I don't want to cast aspersions, whatsoever, about the Germanwings crash. It's an ongoing investigation and there's such an overwhelming human factor – such a large amount of grief, loss and emotion around the tragedy – that the only tasteful thing for pundits like myself to do is to observe silence.

However, I'm worried about the front page of today's Daily Mail, which carries the headline "Suicide pilot had a long history of depression."

"Why was he ever allowed to fly?" the Mail asks, referring to psychological tests administered to Andreas Lubitz during his pilot training. Essentially, the paper is suggesting a link between Lubitz's suffering from depression and him flying the Germaningwings flight 9525 into the French Alps, killing himself and all 149 passengers.

Again, I don't want to cast aspersions – the investigation into both Lubitz and the tragedy continues, and I'm no medical professional. But after struggling with it my entire adult life, I feel somewhat qualified to say that it wasn't depression that made Lubitz do what he did.

Depression is a withering illness. It erodes your happiness, your confidence, your sense of self. It makes you feel numb, blank. You become convinced that you have nothing to offer people, and start to hide yourself from them, first emotionally and then physically. Depression's secret weapon is that it will trick you into believing everything you think about yourself is normal, objective.

I tried to hang myself because I thought I was a burden to everybody who knew me, and the look on my face (I remember it well) was entirely neutral. This was merely what I ought to have been doing. It made sense to die.

That's what depression is, or at least, what it becomes when it's left unchecked. It makes you want to no longer be alive, lest you intercede on other people's lives. Depression makes you want to vanish, in as small and ignorable puff of air as possible.

It's an illness that convinces you that it's better to be invisible. This is why the depressed lie in bed, in the dark. The guilt and the self-hatred in depression becomes so strong that sufferers attempt to quarantine themselves from real life.

What they don't do is consciously hurt other people. What they don't do is commandeer a passenger jet and fly it into the ground. I'm not sure what the investigation into Andreas Lubitz will find but I am certain that it's irresponsible to suggest a link between the man's depression and his actions on the Germanwings flight.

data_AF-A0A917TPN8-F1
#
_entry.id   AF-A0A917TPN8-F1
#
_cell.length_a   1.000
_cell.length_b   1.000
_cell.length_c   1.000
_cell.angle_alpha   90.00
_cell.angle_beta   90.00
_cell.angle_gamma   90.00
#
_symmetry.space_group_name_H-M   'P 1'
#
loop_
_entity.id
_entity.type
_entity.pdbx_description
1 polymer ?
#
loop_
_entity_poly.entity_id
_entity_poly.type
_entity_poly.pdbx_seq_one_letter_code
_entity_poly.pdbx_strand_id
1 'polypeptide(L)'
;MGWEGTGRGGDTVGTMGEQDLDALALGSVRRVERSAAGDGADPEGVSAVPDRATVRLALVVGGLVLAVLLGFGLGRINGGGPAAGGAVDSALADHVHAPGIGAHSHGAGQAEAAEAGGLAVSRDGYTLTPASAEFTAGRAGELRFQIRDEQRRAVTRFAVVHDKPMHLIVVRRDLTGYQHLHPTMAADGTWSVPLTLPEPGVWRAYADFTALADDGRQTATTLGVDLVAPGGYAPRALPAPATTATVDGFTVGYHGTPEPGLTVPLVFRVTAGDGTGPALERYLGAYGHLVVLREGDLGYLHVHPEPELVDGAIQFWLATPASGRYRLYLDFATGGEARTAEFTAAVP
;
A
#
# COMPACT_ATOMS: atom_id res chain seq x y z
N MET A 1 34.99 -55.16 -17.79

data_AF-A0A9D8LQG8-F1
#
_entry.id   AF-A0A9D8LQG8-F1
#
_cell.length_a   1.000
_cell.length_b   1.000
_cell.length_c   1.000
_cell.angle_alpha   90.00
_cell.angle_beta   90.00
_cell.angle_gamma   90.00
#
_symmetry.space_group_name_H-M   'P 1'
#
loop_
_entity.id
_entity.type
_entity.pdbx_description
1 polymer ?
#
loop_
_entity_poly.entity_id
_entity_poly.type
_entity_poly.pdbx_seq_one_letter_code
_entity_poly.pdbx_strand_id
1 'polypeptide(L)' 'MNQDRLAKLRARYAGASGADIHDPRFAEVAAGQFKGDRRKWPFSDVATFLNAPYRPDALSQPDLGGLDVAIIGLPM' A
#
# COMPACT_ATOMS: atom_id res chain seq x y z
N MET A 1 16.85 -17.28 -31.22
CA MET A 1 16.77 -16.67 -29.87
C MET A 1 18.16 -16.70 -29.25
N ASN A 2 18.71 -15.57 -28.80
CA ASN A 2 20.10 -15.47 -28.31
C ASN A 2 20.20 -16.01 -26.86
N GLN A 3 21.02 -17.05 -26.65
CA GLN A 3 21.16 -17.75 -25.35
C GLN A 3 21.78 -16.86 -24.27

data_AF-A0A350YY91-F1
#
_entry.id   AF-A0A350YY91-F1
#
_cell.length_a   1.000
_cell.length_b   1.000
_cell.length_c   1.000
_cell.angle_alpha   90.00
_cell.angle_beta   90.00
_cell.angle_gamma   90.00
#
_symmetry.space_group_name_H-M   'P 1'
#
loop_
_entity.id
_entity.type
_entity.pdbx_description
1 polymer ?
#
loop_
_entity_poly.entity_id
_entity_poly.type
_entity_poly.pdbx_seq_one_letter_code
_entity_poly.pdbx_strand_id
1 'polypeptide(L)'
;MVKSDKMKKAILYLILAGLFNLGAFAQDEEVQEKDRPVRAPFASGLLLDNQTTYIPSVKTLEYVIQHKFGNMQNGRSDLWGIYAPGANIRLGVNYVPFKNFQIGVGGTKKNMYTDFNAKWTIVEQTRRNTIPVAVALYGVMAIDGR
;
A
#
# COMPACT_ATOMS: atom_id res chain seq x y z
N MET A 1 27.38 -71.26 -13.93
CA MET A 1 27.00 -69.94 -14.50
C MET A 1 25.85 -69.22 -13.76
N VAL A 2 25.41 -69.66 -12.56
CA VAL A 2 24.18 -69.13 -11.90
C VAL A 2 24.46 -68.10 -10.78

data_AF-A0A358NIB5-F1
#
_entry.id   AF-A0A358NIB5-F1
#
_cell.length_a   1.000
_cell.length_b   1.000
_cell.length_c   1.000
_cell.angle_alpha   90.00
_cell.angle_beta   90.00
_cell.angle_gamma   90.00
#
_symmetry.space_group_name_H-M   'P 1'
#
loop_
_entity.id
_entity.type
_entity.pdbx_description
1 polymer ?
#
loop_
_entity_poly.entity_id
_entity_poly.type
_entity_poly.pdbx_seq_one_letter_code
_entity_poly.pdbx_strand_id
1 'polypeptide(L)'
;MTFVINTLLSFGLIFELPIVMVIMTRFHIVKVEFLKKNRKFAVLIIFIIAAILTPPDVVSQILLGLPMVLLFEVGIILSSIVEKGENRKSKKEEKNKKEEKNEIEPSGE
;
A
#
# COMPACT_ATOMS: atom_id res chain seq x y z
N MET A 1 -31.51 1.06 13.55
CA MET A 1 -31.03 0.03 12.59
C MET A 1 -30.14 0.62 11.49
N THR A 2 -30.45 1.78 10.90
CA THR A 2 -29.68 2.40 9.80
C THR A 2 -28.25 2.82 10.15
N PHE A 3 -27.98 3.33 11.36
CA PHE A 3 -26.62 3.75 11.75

germanwings plane crash alps
Wreckage of the Airbus A320 is seen at the site of the crash, near Seyne-les-Alpes Reuters

Callous misunderstanding

Depression, and sufferers of depression, are already subject to a great deal of misunderstanding, some of it callous, some of it, it seems, deliberate. The idea that depression patients could simply get better, if they tried harder, if they weren't lazy or avoidant, still exists. And now the most popular news franchise in the world is telling people that being depressed turns you into a hijacker.

Although I almost feel that the Daily Mail's front page is less to do with the newspaper's actual opinions on depression, and more related to an age-old idea: fear sells. The Mail has grown fat by observing that idea. The Germanwings tragedy, and the loose ideas about mental health that predominate cultural consciousness, are, perhaps, simply the ideal ingredients of a great Daily Mail headline.

But surely that's worse. If the Daily Mail doesn't actually believe depression is a dangerous illness, and is simply suggesting that it might be as part of a cynical sales ploy, then how much lower can that newspaper dig? No longer content with punching down at gay people, poor people, people of colour, women and immigrants, the Mail is now finding excuses to attack people who are ill.

For its next trick, it'll blame cancer for a rise in knife crime.

Ed Smith writes about games, films and culture for IBTimes UK. He has also written for The Observer, Vice, New Statesman and Edge magazine. Find him on Twitter @mostsincerelyed